• In my opinion, we only need an ecosystem. Everything else shall follow. Make government processes online. All those that public goes through every day. No need to make apps. Just make mobile-centric interface of operative websites. Then make some daily use apps like price list, and citizen journalism. Finally, open Youtube and see the 3g adoption race upwards.
    People would also like to benefit from o-rated tax regime on data services. Currently, its ineffective for prepaid customers because as soon as we load balance, a major chunk of it is stolen by govt. For instance, if one has to buy a rs.1500 3g bundle, one has to load rs.2000 worth of credit.
    And 3/4g rollout obligatoins should have been rural centric. Telcos should have been bound to cover half of rural areas in 2 years. They had to cover urban centres anyways. Give internet to those who do not have it to begin with.

  • Main reason low of adoption is low coverage. once you subscribe package and you move to other area of city 3g services are not available.

  • One of the Key marketing aspect of 3G or any other high speed Internet is Communication. We need to realize when you are using Network Voice and Messaging systems, you are dependent on the Network. Your In-Network rates will always be less then your Out-of-Network charges. Internet removes that restriction. When you are using Viber or Skype, it does not matter which Network Operator you are using and the Network of other party. As long as both parties have good Data Speeds, Network Operator becomes irrelevant (whether local or International). This may not be a new Revenue Stream of the Operators (since gain in Data will result in reduction on Voice and Messaging), but it will definitely make the Revenue stream more stable since Data is mostly offered and subscribed in Bundles, and ultimately when Video calls become more mainstream, it will result in increased Per User Income for the Operators.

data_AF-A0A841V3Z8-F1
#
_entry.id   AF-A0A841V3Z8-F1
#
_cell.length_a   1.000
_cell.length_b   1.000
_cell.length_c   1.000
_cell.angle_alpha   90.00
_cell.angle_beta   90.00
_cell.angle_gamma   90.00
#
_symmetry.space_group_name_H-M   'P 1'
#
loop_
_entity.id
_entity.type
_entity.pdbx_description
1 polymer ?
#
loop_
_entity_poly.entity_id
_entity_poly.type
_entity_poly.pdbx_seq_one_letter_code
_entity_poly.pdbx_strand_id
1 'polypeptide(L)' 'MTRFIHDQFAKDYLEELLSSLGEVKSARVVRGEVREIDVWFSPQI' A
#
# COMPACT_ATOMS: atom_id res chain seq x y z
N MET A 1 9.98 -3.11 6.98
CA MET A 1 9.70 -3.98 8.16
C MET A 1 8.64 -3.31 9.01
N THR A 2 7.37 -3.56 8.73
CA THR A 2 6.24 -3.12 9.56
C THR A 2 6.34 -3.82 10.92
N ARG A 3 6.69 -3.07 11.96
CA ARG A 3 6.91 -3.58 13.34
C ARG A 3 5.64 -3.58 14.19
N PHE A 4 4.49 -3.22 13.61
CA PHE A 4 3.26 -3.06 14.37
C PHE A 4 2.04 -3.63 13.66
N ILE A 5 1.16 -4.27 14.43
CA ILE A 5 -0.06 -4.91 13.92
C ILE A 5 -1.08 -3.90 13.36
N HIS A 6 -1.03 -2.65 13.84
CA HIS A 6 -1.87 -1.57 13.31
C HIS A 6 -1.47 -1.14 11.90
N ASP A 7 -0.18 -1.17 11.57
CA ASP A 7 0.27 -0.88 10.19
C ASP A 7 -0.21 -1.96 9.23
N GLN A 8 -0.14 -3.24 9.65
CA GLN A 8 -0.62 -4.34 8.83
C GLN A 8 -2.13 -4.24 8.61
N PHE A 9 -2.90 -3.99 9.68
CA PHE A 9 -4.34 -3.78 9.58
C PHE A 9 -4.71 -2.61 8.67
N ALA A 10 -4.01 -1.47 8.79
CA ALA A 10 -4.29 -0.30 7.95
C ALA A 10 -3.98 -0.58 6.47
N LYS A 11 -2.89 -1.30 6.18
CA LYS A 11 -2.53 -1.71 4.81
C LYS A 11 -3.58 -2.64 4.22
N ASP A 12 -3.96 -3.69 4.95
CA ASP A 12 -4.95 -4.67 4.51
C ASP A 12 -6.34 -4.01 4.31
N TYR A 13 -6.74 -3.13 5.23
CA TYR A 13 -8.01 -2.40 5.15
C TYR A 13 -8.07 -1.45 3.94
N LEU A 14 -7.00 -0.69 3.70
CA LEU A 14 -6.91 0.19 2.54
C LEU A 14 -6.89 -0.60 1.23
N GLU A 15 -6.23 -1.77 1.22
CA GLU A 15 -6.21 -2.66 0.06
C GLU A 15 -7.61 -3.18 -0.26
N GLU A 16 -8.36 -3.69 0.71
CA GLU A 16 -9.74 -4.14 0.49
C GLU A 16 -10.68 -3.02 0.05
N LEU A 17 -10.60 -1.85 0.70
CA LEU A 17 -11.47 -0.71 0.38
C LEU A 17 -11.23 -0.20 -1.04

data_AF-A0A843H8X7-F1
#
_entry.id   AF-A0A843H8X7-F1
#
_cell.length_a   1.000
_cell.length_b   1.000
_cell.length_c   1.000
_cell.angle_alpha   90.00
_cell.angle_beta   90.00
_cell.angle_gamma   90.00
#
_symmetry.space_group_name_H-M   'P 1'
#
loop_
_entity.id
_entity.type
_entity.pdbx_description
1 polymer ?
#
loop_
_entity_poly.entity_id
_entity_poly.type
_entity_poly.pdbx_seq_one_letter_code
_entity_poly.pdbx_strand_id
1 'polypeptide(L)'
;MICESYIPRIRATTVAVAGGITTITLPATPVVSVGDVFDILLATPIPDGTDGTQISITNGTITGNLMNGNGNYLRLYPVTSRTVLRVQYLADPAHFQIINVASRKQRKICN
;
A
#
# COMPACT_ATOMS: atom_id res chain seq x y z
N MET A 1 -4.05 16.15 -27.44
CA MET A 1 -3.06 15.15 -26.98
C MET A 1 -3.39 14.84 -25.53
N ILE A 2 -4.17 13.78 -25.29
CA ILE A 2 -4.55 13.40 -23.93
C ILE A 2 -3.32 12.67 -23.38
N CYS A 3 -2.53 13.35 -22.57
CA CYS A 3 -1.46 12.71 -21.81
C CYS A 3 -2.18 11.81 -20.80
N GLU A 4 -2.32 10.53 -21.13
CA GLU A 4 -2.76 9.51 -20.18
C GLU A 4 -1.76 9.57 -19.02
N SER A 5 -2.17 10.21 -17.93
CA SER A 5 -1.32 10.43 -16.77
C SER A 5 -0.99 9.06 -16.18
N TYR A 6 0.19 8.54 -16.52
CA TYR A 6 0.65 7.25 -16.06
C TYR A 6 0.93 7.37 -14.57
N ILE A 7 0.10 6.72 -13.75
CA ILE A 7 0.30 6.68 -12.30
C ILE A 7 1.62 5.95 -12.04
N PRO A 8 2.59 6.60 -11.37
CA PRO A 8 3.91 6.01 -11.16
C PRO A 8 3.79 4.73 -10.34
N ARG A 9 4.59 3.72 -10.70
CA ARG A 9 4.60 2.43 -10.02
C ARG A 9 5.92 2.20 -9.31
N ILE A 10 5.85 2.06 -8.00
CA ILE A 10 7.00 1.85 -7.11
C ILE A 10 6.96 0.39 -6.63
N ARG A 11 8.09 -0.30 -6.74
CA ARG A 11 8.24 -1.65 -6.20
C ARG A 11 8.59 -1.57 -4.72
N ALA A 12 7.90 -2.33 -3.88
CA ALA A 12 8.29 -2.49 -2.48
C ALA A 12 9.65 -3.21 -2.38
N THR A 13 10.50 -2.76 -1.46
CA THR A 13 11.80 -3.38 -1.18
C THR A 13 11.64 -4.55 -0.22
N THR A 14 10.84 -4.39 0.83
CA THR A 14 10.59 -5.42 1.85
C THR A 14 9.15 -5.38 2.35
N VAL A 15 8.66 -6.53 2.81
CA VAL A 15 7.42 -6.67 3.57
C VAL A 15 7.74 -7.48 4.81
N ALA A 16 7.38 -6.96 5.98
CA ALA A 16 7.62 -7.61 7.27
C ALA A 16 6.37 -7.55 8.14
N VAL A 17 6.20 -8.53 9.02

• From early signs it appears that telcos are afraid of offering cheap 3g for that very reason. They fear that their high revenue streams from calls – especially international calls – will register a significant drop (remember PTCL trying to clamp down on MSN messenger and Skype). That is why you see them offer video calling on a separate tariff altogether, and calls over viber/skype over the network have a high drop rate. Fair enough that these companies want to recover their investment and make a profit, but you can’t expect to have your cake and eat it too! Right now, telcos are pricing themselves out of adoption.

      Further, I think companies should also introduce phone exchange programmes – where people can trade in their 2G smartphones for 3G enabled smartphones – that should help!

  • the cost in rupees/Gb of data is too high for a common man to afford. i was thinking to switch to 3g from ptcl dsl but it doesn’t seem a possibility

    • 3G is not the replacement of DSL. Its alternative mean of internet which you can use when you are away from home. That’s what people of Pakistan need to understand

      • well depends on one’s needs. for instance i am ready to pay Rs 1500/month for 30Gb @ atleast 2Mbps DL and reasonable upload speed.

        • 3G dongles will be launched soon by all mobile companies with higher data limits. Your demands are not wrong. But telcos have to compensate billions of dollars they spent in licensing and infrastructure development. If 3G would be launched with 10 years ago we all would be enjoying the benefits of cheaper internet in our hands. But welcome to Pakistan :)

    • well just saying i have been using 3G abroad, and the cost per GB data is quite is cheap here.

      But the problem lies in educating the people on the usefulness of 3G, how it will affect their daily lives and improve their productivity.

  • until telecos go for unlimited packages with reasonable price. 3G or 4G will not get appreciation. every one need high speed internet, but the limited quota prevent them to subscribe…. just do it on experimental bases and see the result. it will be very highly welcomed by every mobile phone user.

  • Its just laziness of our people who want everything unlimited without paying any money. Their main reason of using internet is downloading movies, songs, porn etc which is not the primary target of 3G. its target market is people who need knowledge, communication and smart technologies on the go. Therefore don’t expect 3G to be successful in Pakistan like developed countries.

    • well, telcos will make it successful as they have done big investment and they have to act according to the moods of the customers.

      • I wish they do make it successful and affordable. Also there’s country’s law and security situatiuon to blame which do not favor customers to use smartphones on the go :p

  • The difference is clear from the advertising approach from mobile companies, as shown in the comparison above.

    I don’t know what kind of illiterate people in promotion department have these companies hired.

  • Bhai mein Lahore thokar niaz baig rehta hn. yahan 3g k signal chut per charh k dhondna party hain. Coverage tu de nahin rahy log kaisy 3g adopt krein.